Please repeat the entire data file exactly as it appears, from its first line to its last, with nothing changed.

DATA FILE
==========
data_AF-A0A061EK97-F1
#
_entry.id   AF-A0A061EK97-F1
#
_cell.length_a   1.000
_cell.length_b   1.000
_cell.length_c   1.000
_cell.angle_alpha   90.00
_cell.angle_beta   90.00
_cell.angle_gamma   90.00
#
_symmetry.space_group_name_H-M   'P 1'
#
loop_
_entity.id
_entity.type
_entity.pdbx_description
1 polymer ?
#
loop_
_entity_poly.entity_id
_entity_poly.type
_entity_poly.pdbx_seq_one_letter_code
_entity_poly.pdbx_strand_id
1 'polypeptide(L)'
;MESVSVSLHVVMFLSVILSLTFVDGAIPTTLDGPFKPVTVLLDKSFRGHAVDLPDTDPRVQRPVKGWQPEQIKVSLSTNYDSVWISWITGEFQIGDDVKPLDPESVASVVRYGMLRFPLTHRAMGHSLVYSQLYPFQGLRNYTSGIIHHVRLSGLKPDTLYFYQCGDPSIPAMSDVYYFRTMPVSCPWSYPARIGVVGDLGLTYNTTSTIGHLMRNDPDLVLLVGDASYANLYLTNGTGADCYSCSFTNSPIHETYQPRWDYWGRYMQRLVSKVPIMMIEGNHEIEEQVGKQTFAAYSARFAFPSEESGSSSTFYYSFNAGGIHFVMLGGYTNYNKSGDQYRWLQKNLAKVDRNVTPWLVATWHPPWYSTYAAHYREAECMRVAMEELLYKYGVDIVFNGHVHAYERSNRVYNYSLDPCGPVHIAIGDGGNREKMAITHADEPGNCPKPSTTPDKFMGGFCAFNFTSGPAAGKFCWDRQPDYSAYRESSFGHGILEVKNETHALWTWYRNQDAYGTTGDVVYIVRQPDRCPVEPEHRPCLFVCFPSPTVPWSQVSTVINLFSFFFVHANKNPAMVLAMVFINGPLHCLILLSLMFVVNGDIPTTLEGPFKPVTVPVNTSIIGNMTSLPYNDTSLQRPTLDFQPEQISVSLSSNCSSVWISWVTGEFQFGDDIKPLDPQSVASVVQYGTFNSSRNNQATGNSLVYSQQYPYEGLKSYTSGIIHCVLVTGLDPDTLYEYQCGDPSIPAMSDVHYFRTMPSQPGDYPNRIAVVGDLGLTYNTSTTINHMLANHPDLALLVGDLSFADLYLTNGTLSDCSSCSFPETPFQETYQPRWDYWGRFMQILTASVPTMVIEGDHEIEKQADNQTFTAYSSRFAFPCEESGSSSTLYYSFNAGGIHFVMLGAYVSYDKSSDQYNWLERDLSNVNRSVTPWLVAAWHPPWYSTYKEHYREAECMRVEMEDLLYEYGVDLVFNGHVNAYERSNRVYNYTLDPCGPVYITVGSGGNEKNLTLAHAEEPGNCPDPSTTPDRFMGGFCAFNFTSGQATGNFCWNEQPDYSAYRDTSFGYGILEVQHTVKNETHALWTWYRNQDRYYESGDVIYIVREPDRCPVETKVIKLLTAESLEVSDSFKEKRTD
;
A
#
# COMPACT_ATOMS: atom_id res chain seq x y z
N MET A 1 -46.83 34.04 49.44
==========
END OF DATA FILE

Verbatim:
data_AF-A0A061EK97-F1
#
_entry.id   AF-A0A061EK97-F1
#
_cell.length_a   1.000
_cell.length_b   1.000
_cell.length_c   1.000
_cell.angle_alpha   90.00
_cell.angle_beta   90.00
_cell.angle_gamma   90.00
#
_symmetry.space_group_name_H-M   'P 1'
#
loop_
_entity.id
_entity.type
_entity.pdbx_description
1 polymer ?
#
loop_
_entity_poly.entity_id
_entity_poly.type
_entity_poly.pdbx_seq_one_letter_code
_entity_poly.pdbx_strand_id
1 'polypeptide(L)'
;MESVSVSLHVVMFLSVILSLTFVDGAIPTTLDGPFKPVTVLLDKSFRGHAVDLPDTDPRVQRPVKGWQPEQIKVSLSTNYDSVWISWITGEFQIGDDVKPLDPESVASVVRYGMLRFPLTHRAMGHSLVYSQLYPFQGLRNYTSGIIHHVRLSGLKPDTLYFYQCGDPSIPAMSDVYYFRTMPVSCPWSYPARIGVVGDLGLTYNTTSTIGHLMRNDPDLVLLVGDASYANLYLTNGTGADCYSCSFTNSPIHETYQPRWDYWGRYMQRLVSKVPIMMIEGNHEIEEQVGKQTFAAYSARFAFPSEESGSSSTFYYSFNAGGIHFVMLGGYTNYNKSGDQYRWLQKNLAKVDRNVTPWLVATWHPPWYSTYAAHYREAECMRVAMEELLYKYGVDIVFNGHVHAYERSNRVYNYSLDPCGPVHIAIGDGGNREKMAITHADEPGNCPKPSTTPDKFMGGFCAFNFTSGPAAGKFCWDRQPDYSAYRESSFGHGILEVKNETHALWTWYRNQDAYGTTGDVVYIVRQPDRCPVEPEHRPCLFVCFPSPTVPWSQVSTVINLFSFFFVHANKNPAMVLAMVFINGPLHCLILLSLMFVVNGDIPTTLEGPFKPVTVPVNTSIIGNMTSLPYNDTSLQRPTLDFQPEQISVSLSSNCSSVWISWVTGEFQFGDDIKPLDPQSVASVVQYGTFNSSRNNQATGNSLVYSQQYPYEGLKSYTSGIIHCVLVTGLDPDTLYEYQCGDPSIPAMSDVHYFRTMPSQPGDYPNRIAVVGDLGLTYNTSTTINHMLANHPDLALLVGDLSFADLYLTNGTLSDCSSCSFPETPFQETYQPRWDYWGRFMQILTASVPTMVIEGDHEIEKQADNQTFTAYSSRFAFPCEESGSSSTLYYSFNAGGIHFVMLGAYVSYDKSSDQYNWLERDLSNVNRSVTPWLVAAWHPPWYSTYKEHYREAECMRVEMEDLLYEYGVDLVFNGHVNAYERSNRVYNYTLDPCGPVYITVGSGGNEKNLTLAHAEEPGNCPDPSTTPDRFMGGFCAFNFTSGQATGNFCWNEQPDYSAYRDTSFGYGILEVQHTVKNETHALWTWYRNQDRYYESGDVIYIVREPDRCPVETKVIKLLTAESLEVSDSFKEKRTD
;
A
#
# COMPACT_ATOMS: atom_id res chain seq x y z
N MET A 1 -46.83 34.04 49.44